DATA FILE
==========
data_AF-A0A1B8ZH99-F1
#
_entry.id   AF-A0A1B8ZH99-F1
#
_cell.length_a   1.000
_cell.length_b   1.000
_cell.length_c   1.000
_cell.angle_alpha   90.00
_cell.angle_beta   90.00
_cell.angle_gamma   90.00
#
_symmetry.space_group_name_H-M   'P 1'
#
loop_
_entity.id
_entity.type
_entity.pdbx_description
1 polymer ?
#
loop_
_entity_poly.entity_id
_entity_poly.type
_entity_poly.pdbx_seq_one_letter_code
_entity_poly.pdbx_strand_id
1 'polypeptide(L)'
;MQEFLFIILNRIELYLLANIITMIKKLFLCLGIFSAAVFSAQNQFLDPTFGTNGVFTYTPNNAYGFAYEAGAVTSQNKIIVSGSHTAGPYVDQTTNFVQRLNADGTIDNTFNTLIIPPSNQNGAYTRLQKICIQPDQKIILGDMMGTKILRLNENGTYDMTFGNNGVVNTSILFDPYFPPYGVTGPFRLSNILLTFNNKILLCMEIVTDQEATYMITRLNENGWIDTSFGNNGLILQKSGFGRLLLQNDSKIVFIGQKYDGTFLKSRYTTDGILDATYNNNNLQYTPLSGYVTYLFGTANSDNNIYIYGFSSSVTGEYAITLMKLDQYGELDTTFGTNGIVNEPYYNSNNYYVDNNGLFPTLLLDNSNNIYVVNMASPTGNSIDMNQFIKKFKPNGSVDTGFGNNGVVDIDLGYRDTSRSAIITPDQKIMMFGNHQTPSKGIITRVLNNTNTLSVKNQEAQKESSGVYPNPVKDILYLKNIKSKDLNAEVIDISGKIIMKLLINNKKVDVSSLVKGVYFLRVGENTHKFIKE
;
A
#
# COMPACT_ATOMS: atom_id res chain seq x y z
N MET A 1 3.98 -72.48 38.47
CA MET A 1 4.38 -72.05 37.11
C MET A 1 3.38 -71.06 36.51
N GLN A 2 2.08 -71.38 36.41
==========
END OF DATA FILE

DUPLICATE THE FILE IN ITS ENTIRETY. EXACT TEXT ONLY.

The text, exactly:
data_AF-A0A1B8ZH99-F1
#
_entry.id   AF-A0A1B8ZH99-F1
#
_cell.length_a   1.000
_cell.length_b   1.000
_cell.length_c   1.000
_cell.angle_alpha   90.00
_cell.angle_beta   90.00
_cell.angle_gamma   90.00
#
_symmetry.space_group_name_H-M   'P 1'
#
loop_
_entity.id
_entity.type
_entity.pdbx_description
1 polymer ?
#
loop_
_entity_poly.entity_id
_entity_poly.type
_entity_poly.pdbx_seq_one_letter_code
_entity_poly.pdbx_strand_id
1 'polypeptide(L)'
;MQEFLFIILNRIELYLLANIITMIKKLFLCLGIFSAAVFSAQNQFLDPTFGTNGVFTYTPNNAYGFAYEAGAVTSQNKIIVSGSHTAGPYVDQTTNFVQRLNADGTIDNTFNTLIIPPSNQNGAYTRLQKICIQPDQKIILGDMMGTKILRLNENGTYDMTFGNNGVVNTSILFDPYFPPYGVTGPFRLSNILLTFNNKILLCMEIVTDQEATYMITRLNENGWIDTSFGNNGLILQKSGFGRLLLQNDSKIVFIGQKYDGTFLKSRYTTDGILDATYNNNNLQYTPLSGYVTYLFGTANSDNNIYIYGFSSSVTGEYAITLMKLDQYGELDTTFGTNGIVNEPYYNSNNYYVDNNGLFPTLLLDNSNNIYVVNMASPTGNSIDMNQFIKKFKPNGSVDTGFGNNGVVDIDLGYRDTSRSAIITPDQKIMMFGNHQTPSKGIITRVLNNTNTLSVKNQEAQKESSGVYPNPVKDILYLKNIKSKDLNAEVIDISGKIIMKLLINNKKVDVSSLVKGVYFLRVGENTHKFIKE
;
A
#
# COMPACT_ATOMS: atom_id res chain seq x y z
N MET A 1 3.98 -72.48 38.47
CA MET A 1 4.38 -72.05 37.11
C MET A 1 3.38 -71.06 36.51
N GLN A 2 2.08 -71.38 36.41